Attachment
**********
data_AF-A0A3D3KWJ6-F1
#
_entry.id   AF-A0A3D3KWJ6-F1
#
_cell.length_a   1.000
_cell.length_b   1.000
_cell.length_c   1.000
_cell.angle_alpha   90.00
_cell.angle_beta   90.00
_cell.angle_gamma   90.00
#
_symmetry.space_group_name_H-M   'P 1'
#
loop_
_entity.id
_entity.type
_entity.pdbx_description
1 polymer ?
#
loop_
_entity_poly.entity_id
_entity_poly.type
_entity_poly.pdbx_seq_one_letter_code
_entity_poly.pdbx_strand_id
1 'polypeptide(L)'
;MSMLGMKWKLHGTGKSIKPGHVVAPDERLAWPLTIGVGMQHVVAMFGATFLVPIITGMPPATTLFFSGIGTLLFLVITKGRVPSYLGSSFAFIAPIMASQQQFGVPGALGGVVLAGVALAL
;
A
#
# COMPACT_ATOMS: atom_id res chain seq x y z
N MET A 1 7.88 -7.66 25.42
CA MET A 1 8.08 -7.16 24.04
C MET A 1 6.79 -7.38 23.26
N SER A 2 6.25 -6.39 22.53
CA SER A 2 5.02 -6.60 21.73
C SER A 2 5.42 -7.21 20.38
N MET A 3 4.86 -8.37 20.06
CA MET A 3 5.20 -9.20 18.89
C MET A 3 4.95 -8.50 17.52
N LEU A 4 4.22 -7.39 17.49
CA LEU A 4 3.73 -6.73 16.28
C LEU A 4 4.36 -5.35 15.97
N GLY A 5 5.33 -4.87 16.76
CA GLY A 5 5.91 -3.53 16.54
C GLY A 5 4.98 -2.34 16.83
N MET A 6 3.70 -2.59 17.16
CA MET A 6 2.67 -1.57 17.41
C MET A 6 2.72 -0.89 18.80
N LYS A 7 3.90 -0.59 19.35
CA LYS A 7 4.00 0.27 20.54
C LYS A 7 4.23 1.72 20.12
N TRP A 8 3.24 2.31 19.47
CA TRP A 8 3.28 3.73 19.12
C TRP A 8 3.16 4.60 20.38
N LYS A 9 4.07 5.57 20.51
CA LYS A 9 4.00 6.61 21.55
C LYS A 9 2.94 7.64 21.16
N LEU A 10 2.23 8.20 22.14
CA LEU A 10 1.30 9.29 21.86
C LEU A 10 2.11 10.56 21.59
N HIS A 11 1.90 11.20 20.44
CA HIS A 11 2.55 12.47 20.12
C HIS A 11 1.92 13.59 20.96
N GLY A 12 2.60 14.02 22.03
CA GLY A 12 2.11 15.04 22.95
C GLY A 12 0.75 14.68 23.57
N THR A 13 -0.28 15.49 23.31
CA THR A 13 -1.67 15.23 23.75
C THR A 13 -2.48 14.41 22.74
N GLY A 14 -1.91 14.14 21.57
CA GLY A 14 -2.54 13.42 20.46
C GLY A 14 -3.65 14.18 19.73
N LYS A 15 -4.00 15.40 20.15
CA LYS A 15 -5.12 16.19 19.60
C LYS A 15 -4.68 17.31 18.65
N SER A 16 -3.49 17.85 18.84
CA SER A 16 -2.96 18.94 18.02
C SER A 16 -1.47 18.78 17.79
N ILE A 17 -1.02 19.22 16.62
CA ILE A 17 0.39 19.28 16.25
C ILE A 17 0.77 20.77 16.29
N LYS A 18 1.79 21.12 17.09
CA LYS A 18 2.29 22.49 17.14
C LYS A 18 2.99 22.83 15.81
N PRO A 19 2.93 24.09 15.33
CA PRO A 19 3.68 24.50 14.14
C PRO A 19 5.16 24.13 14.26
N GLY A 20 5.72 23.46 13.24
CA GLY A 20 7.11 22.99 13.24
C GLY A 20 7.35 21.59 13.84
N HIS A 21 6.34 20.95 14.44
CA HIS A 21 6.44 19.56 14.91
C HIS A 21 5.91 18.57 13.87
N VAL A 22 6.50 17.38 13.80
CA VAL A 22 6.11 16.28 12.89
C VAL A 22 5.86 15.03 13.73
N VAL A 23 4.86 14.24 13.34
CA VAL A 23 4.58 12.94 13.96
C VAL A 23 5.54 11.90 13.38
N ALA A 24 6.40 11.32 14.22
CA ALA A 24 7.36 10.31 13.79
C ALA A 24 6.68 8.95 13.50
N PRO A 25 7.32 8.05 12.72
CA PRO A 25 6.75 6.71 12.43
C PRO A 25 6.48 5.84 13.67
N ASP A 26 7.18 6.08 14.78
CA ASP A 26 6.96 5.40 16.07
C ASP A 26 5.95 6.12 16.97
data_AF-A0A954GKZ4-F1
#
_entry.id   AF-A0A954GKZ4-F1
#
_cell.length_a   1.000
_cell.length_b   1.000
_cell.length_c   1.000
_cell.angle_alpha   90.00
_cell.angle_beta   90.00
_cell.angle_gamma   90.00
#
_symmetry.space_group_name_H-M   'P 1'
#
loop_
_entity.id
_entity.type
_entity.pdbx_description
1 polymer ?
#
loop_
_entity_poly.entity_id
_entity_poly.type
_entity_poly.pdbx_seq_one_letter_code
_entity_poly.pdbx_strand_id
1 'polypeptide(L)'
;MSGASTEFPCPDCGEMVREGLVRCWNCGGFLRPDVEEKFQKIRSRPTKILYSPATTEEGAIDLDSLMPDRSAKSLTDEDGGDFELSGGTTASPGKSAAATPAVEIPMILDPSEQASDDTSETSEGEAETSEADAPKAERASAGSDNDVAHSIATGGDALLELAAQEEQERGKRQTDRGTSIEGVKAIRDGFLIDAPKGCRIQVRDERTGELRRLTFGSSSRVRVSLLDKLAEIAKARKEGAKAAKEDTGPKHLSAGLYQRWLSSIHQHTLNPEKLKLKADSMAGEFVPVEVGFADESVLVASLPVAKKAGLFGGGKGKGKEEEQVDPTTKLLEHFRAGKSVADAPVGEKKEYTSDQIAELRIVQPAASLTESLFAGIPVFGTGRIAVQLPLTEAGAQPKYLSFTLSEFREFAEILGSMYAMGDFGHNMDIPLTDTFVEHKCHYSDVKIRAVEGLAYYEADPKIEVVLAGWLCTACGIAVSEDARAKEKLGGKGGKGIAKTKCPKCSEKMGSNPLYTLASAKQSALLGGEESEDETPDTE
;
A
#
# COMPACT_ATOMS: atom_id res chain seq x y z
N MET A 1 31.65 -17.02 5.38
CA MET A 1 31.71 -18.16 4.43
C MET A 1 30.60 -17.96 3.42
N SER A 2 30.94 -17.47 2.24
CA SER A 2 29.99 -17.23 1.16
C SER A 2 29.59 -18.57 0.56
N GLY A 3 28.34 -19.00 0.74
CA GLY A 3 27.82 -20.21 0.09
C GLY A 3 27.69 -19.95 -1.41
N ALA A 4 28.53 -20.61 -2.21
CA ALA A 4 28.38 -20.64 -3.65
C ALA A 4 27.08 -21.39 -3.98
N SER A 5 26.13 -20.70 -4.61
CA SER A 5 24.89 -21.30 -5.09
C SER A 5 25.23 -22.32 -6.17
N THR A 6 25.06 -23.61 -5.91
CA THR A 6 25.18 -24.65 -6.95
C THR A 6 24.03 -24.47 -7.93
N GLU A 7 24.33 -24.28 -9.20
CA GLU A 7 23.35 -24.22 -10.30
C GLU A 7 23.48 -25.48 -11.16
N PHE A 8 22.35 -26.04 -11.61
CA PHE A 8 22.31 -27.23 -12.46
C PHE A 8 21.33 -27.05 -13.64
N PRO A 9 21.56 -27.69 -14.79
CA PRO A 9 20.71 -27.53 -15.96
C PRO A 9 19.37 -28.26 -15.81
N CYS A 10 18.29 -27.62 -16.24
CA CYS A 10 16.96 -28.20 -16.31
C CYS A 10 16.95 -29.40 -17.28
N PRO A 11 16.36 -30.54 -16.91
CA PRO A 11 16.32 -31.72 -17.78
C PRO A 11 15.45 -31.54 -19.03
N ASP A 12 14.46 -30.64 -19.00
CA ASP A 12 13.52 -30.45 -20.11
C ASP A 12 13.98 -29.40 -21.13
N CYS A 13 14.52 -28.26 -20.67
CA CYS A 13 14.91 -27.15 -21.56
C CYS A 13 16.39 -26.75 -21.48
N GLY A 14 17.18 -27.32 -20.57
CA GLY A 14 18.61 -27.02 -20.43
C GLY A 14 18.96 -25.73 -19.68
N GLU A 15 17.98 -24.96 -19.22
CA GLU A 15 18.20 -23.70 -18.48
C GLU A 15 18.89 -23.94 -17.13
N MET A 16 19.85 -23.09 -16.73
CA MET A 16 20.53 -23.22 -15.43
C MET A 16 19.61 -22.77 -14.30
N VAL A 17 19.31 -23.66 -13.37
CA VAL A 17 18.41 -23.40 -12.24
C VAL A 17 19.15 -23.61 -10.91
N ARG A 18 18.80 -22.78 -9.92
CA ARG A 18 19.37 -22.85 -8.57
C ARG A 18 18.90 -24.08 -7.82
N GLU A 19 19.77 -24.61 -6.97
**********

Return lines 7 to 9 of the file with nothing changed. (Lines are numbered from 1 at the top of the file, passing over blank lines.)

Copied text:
_cell.length_c   1.000
_cell.angle_alpha   90.00
_cell.angle_beta   90.00